Synthesis, Anti-Bacterial and Molecular Docking Studies of Arylated Butyl 2-Bromoisonicotinate Against Clinical Isolates of ESBL-Producing Escherichia coli ST405 and Methicillin-Resistant Staphylococcus aureus

Infect Drug Resist. 2023 Aug 14;16:5295-5308. doi: 10.2147/IDR.S407891. eCollection 2023.


INTRODUCTION: Global public health concerns include the emergence and spread of methicillin-resistant Staphylococcus aureus (MRSA) and extended-spectrum beta-lactamase Escherichia coli (ESBL-E. coli). These pathogens cause infections that are difficult to treat, which can have fatal outcomes and require lengthy hospital stays. As a result, we created butyl 2-bromoisonicotinate and tested its antibacterial effectiveness against the ESBL-E. coli ST 405 and MRSA pathogens. Natural product discovery is complemented by synthetic compound synthesis because of the latter’s potential for superior characteristics, target specificity, scalability, intellectual advantages, and chemical diversity. Because of this, the potential for discovering new medicinal compounds is increased, and the constraints placed on natural sources are overcome. Natural items are tough to obtain since they are hard to isolate and synthesize. Therefore, modern science is actively searching for small molecules as therapeutic agents by applying sustainable techniques that can be commercialized.

METHODS: Two patients’ blood samples were taken, and the BACTEC/Alert system was used to process them. On blood and MacConkey agar, the positive samples were subcultured and incubated aerobically at 37 °C. Using the VITEK 2 compact system, the isolates were subjected to isolate identification and MIC. MLST of the ESBL-E. coli was performed by PCR. Additionally, Fischer esterification was used to create butyl 2-bromoisonicotinate in excellent yields. A commercially available palladium catalyst was then used to arylate the compound, resulting in medium to good yields of arylated butyl 2-bromoisonicotinates. Using the agar well diffusion assay and the micro-broth dilution method, we assessed the in-vitro activities of the synthesized molecules (3, 5a-h) against clinically isolated ESBL-E. coli ST405, and MRSA. A molecular operating environment was used to carry out in silico validation of the synthesized compounds’ binding to the active site and to evaluate the stability of their molecular interactions with the target E. coli 2Y2T protein.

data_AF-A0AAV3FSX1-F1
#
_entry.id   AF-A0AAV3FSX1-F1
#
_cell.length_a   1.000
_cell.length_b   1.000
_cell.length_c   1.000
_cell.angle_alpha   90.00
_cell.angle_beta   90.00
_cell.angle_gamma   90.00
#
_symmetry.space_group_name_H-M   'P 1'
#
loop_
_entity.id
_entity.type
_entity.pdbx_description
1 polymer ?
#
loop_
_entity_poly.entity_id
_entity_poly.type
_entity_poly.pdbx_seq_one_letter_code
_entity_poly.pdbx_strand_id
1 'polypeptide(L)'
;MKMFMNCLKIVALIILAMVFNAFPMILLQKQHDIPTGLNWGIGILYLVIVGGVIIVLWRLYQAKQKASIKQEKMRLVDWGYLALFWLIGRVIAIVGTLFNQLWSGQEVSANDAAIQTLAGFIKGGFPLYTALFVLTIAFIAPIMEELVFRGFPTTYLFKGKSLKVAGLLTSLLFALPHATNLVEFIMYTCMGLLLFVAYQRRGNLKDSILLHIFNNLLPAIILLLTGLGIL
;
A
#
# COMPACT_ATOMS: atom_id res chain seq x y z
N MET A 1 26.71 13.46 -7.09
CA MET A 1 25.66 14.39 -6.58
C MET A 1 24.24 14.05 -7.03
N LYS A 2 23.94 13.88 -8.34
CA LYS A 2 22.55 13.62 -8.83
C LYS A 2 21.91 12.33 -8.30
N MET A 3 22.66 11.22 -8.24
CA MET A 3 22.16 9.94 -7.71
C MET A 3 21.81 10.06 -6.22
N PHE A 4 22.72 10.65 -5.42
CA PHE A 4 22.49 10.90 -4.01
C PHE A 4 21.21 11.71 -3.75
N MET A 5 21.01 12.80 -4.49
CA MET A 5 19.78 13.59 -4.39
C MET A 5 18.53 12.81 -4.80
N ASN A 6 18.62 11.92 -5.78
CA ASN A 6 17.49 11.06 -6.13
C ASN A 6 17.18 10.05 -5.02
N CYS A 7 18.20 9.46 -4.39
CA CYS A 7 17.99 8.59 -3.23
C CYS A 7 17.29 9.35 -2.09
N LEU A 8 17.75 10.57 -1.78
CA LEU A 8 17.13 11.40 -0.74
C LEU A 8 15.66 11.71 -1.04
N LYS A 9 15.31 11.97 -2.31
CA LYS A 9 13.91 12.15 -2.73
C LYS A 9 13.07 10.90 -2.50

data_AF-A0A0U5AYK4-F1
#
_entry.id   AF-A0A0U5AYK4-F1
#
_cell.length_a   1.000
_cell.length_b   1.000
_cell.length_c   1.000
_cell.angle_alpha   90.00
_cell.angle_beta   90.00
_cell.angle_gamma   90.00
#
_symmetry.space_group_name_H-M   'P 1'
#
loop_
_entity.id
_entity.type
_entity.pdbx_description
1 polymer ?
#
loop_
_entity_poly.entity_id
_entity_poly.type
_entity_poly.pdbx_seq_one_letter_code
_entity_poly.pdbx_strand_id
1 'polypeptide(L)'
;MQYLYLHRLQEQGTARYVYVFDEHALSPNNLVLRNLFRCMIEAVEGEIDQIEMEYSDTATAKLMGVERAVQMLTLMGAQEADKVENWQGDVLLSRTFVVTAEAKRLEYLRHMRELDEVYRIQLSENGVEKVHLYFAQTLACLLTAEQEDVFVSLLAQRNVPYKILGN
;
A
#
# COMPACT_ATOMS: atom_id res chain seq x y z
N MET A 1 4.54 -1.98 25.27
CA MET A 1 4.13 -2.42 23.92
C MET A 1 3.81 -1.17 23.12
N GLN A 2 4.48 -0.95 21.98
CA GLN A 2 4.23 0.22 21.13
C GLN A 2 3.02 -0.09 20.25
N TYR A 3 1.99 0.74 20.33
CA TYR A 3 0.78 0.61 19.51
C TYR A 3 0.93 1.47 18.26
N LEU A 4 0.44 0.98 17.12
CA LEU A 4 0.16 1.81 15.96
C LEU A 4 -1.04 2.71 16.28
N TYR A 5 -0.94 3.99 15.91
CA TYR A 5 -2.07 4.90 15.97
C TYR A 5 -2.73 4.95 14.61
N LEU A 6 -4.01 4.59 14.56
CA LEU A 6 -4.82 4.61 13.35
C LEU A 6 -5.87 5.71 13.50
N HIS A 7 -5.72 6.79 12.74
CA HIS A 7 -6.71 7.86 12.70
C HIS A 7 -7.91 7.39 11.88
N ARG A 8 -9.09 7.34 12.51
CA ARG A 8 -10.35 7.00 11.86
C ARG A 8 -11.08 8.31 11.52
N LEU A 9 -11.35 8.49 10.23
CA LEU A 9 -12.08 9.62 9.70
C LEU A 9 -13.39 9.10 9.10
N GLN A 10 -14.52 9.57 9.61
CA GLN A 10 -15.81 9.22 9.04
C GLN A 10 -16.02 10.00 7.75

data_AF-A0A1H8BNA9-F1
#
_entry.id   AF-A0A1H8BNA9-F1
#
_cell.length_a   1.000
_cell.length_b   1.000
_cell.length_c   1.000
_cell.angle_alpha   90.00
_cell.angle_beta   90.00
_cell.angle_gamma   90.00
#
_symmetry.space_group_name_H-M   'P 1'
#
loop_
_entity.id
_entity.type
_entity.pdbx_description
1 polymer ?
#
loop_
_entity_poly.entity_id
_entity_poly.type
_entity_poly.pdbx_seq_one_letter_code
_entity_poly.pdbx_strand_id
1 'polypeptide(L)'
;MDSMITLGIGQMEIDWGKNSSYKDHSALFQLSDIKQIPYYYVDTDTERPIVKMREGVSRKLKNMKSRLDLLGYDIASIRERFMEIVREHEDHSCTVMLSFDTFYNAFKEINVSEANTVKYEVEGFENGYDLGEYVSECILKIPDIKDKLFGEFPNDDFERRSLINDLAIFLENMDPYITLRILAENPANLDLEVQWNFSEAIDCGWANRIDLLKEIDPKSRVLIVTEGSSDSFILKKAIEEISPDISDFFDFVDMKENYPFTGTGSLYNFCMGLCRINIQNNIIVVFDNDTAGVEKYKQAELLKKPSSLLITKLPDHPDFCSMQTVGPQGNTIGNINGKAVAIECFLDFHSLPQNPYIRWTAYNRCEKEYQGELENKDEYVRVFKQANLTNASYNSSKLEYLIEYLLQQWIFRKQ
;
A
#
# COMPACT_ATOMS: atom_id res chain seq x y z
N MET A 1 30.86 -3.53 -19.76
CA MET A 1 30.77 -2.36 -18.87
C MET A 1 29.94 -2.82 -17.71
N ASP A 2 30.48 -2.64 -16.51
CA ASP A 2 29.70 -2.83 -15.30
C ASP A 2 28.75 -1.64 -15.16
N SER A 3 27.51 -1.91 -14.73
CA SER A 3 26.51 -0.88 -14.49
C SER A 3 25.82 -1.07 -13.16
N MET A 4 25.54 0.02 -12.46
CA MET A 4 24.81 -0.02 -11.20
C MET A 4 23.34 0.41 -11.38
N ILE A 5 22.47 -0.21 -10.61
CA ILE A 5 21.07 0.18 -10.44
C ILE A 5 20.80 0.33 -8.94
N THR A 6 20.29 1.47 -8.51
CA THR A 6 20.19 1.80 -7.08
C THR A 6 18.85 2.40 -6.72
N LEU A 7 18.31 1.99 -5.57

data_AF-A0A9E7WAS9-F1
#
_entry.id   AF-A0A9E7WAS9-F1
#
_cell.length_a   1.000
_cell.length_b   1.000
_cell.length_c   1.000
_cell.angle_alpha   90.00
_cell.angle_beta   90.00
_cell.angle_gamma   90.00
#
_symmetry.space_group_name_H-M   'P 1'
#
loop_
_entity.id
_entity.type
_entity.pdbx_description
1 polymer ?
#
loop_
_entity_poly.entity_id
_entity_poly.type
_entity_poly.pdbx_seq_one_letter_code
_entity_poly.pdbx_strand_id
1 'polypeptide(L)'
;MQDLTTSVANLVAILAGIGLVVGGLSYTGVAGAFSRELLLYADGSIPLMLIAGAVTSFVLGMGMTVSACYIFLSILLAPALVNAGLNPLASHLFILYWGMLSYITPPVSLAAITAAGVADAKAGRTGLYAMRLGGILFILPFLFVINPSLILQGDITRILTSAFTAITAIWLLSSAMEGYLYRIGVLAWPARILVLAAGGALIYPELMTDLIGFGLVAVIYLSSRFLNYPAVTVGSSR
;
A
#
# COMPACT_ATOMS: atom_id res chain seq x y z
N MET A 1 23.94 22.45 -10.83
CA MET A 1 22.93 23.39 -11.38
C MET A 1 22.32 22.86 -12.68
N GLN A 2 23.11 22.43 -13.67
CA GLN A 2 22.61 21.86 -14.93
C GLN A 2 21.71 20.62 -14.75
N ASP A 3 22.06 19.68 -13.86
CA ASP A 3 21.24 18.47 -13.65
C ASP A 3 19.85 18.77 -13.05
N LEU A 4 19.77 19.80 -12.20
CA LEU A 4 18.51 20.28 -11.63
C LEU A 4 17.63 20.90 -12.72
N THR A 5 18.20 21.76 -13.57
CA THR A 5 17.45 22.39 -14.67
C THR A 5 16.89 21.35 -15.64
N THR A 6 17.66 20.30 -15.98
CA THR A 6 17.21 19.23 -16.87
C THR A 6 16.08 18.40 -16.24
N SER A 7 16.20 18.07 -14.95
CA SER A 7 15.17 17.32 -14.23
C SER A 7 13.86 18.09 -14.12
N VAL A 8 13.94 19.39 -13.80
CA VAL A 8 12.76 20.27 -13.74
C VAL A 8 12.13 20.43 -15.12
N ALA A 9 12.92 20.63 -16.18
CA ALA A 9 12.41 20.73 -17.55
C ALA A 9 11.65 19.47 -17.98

RESULTS: MRSA and ESBL-producing E. coli were identified as the two clinical isolates. While MRSA was also resistant to beta-lactam drugs and least resistant to vancomycin, ESBL-producing E. coli belonged to ST405 and was resistant to cephalosporins and sensitive to carbapenems. Good yields of the desired compounds were produced by our effective and economical synthesis. By using a micro-broth dilution assay, the Molecules (3, 5a, and 5d) were most effective against both resistant strains. The Molecules (3, 5a, 5b, and 5d) also displayed good binding energies.

CONCLUSION: The butyl 2-bromoisonicotinate displayed antibacterial efficacy against ESBL-producing E. coli ST405 and MRSA strains. After the in-vivo trial, this substance might offer an alternative therapeutic option.

PMID:37601564 | PMC:PMC10438430 | DOI:10.2147/IDR.S407891


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